Taiwan president slams Hong Kong's proposed extradition bill

Tsai once again denounced the “one country, two systems” framework, saying Taiwan will never accept such arrangement imposed by Beijing

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President Tsai Ing-wen at a press conference on June 13 (Source: CNA)

President Tsai Ing-wen at a press conference on June 13 (Source: CNA)

TAIPEI (Taiwan News) — President Tsai Ing-wen (蔡英文) on Thursday (June 13) addressed the mass protests which occurred in Hong Kong for the last few days, criticizing the extradition bill proposed by the Hong Kong government for violating human rights and attempting to undermine Taiwan’s national sovereignty.

The amendments to the extradition bill constitute a“violation of human rights,” and “the breach of the national sovereignty of the Republic of China,” said Tsai, who just secured the Democratic Progressive Party’s presidential nomination, during a press conference held at the Presidential Office in the afternoon.

The Taiwan government will not recognize the extradition bill even if it passes the territory’s legislature, nor will it work with the Hong Kong authorities under the framework of such legislation, Tsai said.

“The bill that violates human rights should not serve as a precondition for mutual cooperation in combating crime,” said Tsai. “We will not be an accomplice to the malicious law.”

The extradition bill, which many fear will further erode Hong Kong’s freedom and relatively independent rule of law, has been put on hold as Hong Kong’s Legislative Council announced in the morning there would be no debates in the legislature on Thursday.

At least 72 people were hospitalized on Wednesday during the riot police’s violent clearing of thousands of protesters. Law enforcement deployed water cannons, tear gas, and rubber bullets against demonstrators who occupied the city’s streets to demand the withdrawal of the extradition bill.

During the press conference, Tsai did not respond positively to the question about whether her administration will consider granting asylum to Hong Kong residents, if tensions between protesters and the Hong Kong authorities continue to escalate.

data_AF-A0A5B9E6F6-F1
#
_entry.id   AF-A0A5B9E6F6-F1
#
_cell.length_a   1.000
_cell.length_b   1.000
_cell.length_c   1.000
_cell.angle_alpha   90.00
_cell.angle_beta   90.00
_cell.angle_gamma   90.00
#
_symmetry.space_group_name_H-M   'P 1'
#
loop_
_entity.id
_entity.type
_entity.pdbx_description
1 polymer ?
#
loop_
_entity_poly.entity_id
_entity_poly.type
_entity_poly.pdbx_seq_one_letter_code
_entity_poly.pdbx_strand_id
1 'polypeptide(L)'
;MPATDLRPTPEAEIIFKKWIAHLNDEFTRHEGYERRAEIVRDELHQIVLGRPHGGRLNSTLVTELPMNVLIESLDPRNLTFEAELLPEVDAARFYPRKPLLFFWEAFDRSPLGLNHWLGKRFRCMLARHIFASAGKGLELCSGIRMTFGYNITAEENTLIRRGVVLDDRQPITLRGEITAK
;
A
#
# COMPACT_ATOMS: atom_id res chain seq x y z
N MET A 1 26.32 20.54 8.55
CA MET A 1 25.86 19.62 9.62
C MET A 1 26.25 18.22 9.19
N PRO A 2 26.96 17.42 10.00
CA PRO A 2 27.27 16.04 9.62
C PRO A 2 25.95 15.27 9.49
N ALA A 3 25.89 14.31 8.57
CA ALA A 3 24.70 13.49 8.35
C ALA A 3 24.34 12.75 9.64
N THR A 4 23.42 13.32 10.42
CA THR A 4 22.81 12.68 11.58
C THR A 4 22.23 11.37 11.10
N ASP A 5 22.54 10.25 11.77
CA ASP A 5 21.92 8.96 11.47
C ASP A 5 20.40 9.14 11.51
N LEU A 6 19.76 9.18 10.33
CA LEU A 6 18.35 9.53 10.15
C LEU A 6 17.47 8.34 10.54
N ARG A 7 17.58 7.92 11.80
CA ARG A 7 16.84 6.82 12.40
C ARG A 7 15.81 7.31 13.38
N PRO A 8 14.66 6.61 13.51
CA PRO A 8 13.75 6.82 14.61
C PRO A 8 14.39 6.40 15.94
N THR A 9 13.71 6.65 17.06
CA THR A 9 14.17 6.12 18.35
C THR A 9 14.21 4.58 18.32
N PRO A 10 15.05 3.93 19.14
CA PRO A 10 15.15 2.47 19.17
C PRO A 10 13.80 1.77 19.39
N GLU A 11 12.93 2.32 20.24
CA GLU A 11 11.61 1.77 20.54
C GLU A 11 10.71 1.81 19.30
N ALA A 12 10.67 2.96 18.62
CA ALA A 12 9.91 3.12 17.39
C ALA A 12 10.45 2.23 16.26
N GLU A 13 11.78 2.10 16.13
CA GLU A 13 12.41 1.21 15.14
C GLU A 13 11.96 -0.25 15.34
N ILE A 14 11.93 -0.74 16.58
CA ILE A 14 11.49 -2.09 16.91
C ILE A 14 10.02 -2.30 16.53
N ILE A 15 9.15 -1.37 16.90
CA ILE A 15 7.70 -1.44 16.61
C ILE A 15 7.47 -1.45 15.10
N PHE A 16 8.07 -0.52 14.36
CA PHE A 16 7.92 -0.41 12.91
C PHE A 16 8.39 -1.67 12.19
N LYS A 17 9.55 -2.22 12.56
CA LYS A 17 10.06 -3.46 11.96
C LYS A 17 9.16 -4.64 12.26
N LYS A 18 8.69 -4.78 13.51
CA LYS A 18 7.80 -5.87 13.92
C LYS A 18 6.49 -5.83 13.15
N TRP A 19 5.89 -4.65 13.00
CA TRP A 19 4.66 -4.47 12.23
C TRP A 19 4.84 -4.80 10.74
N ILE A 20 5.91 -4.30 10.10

Tsai said instead the country will make its biggest effort to help the citizens of Hong Kong to maintain the territory’s democracy and the freedom of expression. In addition, she once again denounced the “one country, two systems” framework, saying Taiwan will never accept such arrangement imposed by Beijing.

Earlier in the morning, a group of Hong Kong students based in Taiwan filed a petition to Tsai, asking the Taiwan government to take action against the controversial bill. The group was received by Secretary-General to the President Chen Chu (陳菊), who assured the students of their safety in Taiwan.

The Hong Kong authorities originally argued that the amendment will allow a Hong Kong murder suspect, who has allegedly killed his girlfriend during their trip to Taipei, to be properly tried in Taiwan.

However, Taiwan’s Mainland Affairs Council (MAC), the top government agency handling cross-strait affairs, warned that the legislation will also have an impact on Taiwanese people.

If the bill passes Hong Kong’s Legislative Council, which is now controlled by pro-Beijing lawmakers, Taiwanese people whom the Chinese authorities do not agree with could be extradited to China on “groundless charges” at Beijing’s request if they visit or make a stopover in Hong Kong, said MAC.